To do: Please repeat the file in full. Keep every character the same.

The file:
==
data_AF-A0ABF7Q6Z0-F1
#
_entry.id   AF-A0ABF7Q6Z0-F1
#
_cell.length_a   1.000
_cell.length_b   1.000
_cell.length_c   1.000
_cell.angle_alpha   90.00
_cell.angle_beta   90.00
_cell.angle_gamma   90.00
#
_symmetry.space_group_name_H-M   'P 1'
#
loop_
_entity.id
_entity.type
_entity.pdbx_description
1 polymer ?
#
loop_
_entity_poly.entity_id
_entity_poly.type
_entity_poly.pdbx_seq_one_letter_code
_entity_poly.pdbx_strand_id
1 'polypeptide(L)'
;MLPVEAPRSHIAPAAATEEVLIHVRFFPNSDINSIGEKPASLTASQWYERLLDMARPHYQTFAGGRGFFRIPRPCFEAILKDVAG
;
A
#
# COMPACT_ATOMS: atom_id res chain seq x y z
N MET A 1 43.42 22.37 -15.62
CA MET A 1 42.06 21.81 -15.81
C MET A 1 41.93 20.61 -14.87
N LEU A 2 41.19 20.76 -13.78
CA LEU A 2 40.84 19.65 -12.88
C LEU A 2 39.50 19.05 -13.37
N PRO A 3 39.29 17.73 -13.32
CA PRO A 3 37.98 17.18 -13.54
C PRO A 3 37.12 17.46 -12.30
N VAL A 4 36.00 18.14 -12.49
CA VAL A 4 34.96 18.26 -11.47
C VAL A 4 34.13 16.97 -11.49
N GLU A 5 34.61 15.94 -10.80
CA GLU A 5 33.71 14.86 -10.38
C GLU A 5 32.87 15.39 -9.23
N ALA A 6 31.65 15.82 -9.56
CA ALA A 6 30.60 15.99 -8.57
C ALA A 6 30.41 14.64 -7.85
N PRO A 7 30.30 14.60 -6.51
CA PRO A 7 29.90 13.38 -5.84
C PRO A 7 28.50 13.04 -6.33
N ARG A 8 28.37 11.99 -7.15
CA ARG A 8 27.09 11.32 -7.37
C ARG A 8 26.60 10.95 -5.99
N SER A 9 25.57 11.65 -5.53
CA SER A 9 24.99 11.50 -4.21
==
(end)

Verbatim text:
data_AF-A0ABF7Q6Z0-F1
#
_entry.id   AF-A0ABF7Q6Z0-F1
#
_cell.length_a   1.000
_cell.length_b   1.000
_cell.length_c   1.000
_cell.angle_alpha   90.00
_cell.angle_beta   90.00
_cell.angle_gamma   90.00
#
_symmetry.space_group_name_H-M   'P 1'
#
loop_
_entity.id
_entity.type
_entity.pdbx_description
1 polymer ?
#
loop_
_entity_poly.entity_id
_entity_poly.type
_entity_poly.pdbx_seq_one_letter_code
_entity_poly.pdbx_strand_id
1 'polypeptide(L)'
;MLPVEAPRSHIAPAAATEEVLIHVRFFPNSDINSIGEKPASLTASQWYERLLDMARPHYQTFAGGRGFFRIPRPCFEAILKDVAG
;
A
#
# COMPACT_ATOMS: atom_id res chain seq x y z
N MET A 1 43.42 22.37 -15.62
CA MET A 1 42.06 21.81 -15.81
C MET A 1 41.93 20.61 -14.87
N LEU A 2 41.19 20.76 -13.78
CA LEU A 2 40.84 19.65 -12.88
C LEU A 2 39.50 19.05 -13.37
N PRO A 3 39.29 17.73 -13.32
CA PRO A 3 37.98 17.18 -13.54
C PRO A 3 37.12 17.46 -12.30
N VAL A 4 36.00 18.14 -12.49
CA VAL A 4 34.96 18.26 -11.47
C VAL A 4 34.13 16.97 -11.49
N GLU A 5 34.61 15.94 -10.80
CA GLU A 5 33.71 14.86 -10.38
C GLU A 5 32.87 15.39 -9.23
N ALA A 6 31.65 15.82 -9.56
CA ALA A 6 30.60 15.99 -8.57
C ALA A 6 30.41 14.64 -7.85
N PRO A 7 30.30 14.60 -6.51
CA PRO A 7 29.90 13.38 -5.84
C PRO A 7 28.50 13.04 -6.33
N ARG A 8 28.37 11.99 -7.15
CA ARG A 8 27.09 11.32 -7.37
C ARG A 8 26.60 10.95 -5.99
N SER A 9 25.57 11.65 -5.53
CA SER A 9 24.99 11.50 -4.21